First time I heard of the strange St. Louis deal was in the 80s when the Jersey Nets were being sold (again), and the price had to be adjusted because of the fact that a chunk of TV revenues would disappear each year. SI reported a couple of years ago that "this deal is still taught in law school classes, the dangers of signing a 'forever,' open ended contract."
|Aug-29-15|| ||unferth: here's some data from 1972:
I'm guessing Kareem must've been the $400,000 man.
|Aug-29-15|| ||Jim Bartle: Erving was taken #12 in the 1972 NBA draft, and David Thompson #1 in 1975. Obviously Atlanta thought they could sign Thompson, though they really didn't pass on any other greats in that draft. I don't remember Erving as a big star in college, but maybe he was still expected to go to the ABA at the time of the NBA draft.|
|Aug-30-15|| ||HeMateMe: Erving was a mediocre outside shooter. Perhaps he felt that going lower in the NBA draft would result in his getting paid less than working for the ABA?|
|Aug-31-15|| ||HeMateMe: the Tom Brady ruling will take place this week, by a judge. I wonder if Rodger Goodell will be brought down yet another peg, more bad publicity?|
Reports are out that the NFL was willing to cut the suspension to two games, this week, if Brady admitted guilt. No can do. I think Brady is confident that the NFL didn't follow procedure that is required by the NFL players' union, and think that the suspension will be reduced or overturned.
|Sep-01-15|| ||plang: Don't think the judge can reduce it - it is all or nothing (4 or 0) - that is why he has been pushing parties to reach a compromise|
|Sep-01-15|| ||Jim Bartle: I still wonder about the fundamental issue: Why does the NFL allow the teams to supply its own footballs?|
|Sep-01-15|| ||keypusher: <Jim Bartle: I still wonder about the fundamental issue: Why does the NFL allow the teams to supply its own footballs?>|
I can think of a few reasons, at least pre-Deflateghazi.
-There is a range of permissible air pressures, and different teams have different preferences within that range. It's not like baseball, where every ball has to be exactly the same.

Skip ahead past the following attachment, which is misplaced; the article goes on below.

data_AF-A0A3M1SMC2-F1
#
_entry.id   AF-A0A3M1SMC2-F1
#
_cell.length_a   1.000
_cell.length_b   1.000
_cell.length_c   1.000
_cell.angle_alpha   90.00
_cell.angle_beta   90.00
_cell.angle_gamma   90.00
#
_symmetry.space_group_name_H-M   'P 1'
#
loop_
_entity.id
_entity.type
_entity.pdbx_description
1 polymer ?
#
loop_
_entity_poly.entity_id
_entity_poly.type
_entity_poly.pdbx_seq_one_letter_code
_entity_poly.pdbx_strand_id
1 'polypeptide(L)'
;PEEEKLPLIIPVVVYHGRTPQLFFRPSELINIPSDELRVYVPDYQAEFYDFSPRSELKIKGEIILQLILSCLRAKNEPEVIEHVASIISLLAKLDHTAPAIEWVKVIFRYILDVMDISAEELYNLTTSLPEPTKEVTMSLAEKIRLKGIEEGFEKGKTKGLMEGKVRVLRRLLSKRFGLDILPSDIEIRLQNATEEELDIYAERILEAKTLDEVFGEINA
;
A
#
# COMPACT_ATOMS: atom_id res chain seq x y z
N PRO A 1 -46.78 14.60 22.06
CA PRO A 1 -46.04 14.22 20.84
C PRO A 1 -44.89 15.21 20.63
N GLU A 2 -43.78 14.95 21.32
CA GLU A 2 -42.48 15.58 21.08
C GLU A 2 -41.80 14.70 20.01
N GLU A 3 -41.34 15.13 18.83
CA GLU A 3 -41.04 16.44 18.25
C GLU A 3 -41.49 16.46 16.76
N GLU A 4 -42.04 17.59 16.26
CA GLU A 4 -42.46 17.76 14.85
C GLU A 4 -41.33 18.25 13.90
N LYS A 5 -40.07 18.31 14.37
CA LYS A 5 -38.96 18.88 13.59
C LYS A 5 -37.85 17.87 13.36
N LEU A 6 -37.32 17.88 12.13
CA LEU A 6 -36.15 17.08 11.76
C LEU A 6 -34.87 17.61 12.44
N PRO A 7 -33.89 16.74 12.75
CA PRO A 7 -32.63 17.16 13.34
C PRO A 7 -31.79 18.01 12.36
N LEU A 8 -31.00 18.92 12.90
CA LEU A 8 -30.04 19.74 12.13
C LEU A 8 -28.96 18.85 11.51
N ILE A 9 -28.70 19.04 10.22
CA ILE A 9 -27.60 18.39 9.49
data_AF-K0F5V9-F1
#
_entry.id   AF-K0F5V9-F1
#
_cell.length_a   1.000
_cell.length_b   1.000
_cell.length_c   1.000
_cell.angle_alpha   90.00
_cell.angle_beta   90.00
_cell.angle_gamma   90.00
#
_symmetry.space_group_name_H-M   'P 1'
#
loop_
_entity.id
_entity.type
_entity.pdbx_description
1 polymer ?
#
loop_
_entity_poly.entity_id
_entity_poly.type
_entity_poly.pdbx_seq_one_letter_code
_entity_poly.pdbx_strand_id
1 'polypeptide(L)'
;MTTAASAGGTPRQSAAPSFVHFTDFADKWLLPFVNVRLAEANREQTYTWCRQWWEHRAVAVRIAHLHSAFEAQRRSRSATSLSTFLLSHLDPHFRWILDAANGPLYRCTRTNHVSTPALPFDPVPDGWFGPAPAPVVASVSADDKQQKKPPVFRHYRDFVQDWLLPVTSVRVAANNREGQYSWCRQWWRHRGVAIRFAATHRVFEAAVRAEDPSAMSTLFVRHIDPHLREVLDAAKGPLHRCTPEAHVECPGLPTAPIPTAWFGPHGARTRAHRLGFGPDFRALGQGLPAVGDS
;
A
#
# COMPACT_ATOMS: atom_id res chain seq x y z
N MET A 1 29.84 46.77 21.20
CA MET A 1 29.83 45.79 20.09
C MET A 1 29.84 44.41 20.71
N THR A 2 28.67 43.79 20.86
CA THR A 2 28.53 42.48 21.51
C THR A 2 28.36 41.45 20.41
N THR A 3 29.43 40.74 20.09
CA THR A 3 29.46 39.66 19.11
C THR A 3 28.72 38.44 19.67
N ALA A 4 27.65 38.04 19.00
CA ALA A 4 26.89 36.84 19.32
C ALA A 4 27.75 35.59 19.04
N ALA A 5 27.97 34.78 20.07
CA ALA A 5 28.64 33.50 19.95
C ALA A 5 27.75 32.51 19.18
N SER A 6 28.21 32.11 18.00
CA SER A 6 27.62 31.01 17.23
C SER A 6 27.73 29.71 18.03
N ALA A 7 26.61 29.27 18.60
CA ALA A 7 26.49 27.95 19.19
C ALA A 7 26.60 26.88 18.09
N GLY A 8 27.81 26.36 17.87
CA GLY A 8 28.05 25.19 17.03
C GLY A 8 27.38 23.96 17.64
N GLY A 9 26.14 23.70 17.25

-It hadn't really occurred to anyone (except maybe Belichick) that you could get a competitive advantage by underinflating the ball.
-The refs still got the balls before the game, so if a team was doing something blatant, like coating the balls with stickum, the refs would catch it (so to speak).
-The refs are handling the balls between every play (pretty solid evidence that what Brady was apparently having done wasn't noticeable and probably didn't matter very much).
-The NFL <did> supply the balls used for kicking, where cheating seemed more of a risk.
|Sep-01-15|| ||Jim Bartle: It seems very odd to me, an invitation to cheating. And I suspect there's more to preparing the balls than adjusting the inflation, such as rubbing the shine off to make them less slippery.|
The only other sport I can think of where the player supplies the balls is golf, and the manufacturers are in theory held to strict standards. (I have read they sell balls to the public which are not permitted in PGA tournaments, though.) I wonder if they really check the balls players use.
|Sep-01-15|| ||keypusher: <Jim Bartle: It seems very odd to me, an invitation to cheating. And I suspect there's more to preparing the balls than adjusting the inflation, such as rubbing the shine off to make them less slippery.>|
Yes, you're right. If you're interested, the Wells Report has a description of everything the Pats do to break the balls in before use. Rubbing the balls down is a big part of the process. But again, that's perfectly legal.
|Sep-01-15|| ||Jim Bartle: I am not bored enough to read the Wells Report. (Not being a lawyer.)|
|Sep-01-15|| ||HeMateMe: <-It hadn't really occurred to anyone (except maybe Belichick) that you could get a competitive advantage by underinflating the ball.>|
I'm pretty sure other teams were under- or over-inflating balls over the years, to please their starting QBs, but the Pats are the ones who got caught. Bill Belichik didn't invent videotaping the other team's practices, but he is the one who got caught.
If the Patriots did nothing wrong, why did they fire (it was called an open-ended suspension) two locker room attendants, in charge of handling the footballs. Whatever those two guys said in confidence to league officials is what got NE fined $250K and got Brady suspended. They were sent away forever, so that a) their presence wouldn't poison the locker room this year and b) whatever they told the league wouldn't be repeated, to keep the wound open.
I think the judge will consider whether or not the process used conformed to the labor agreement between players and owners. If it did, Brady sits for four games.
If this sort of investigation and action is not clearly defined in the labor agreement, then the NFL is considered a private club, with their own methods of discipline, and Brady sits for 4 games.
If the action clearly breaks the tenets of the labor agreement, the whole suspension is overturned, but not the fine or loss of draft picks.
|Sep-01-15|| ||Jim Bartle: <If the Patriots did nothing wrong, why did they fire (it was called an open-ended suspension) two locker room attendants, in charge of handling the footballs.>|
I thought there was no question the balls were underinflated and that the locker room guys did it. Isn't the question whether Brady knew about it, or told them to do it?
< Earlier Kibitzing · PAGE 389 OF 389 ·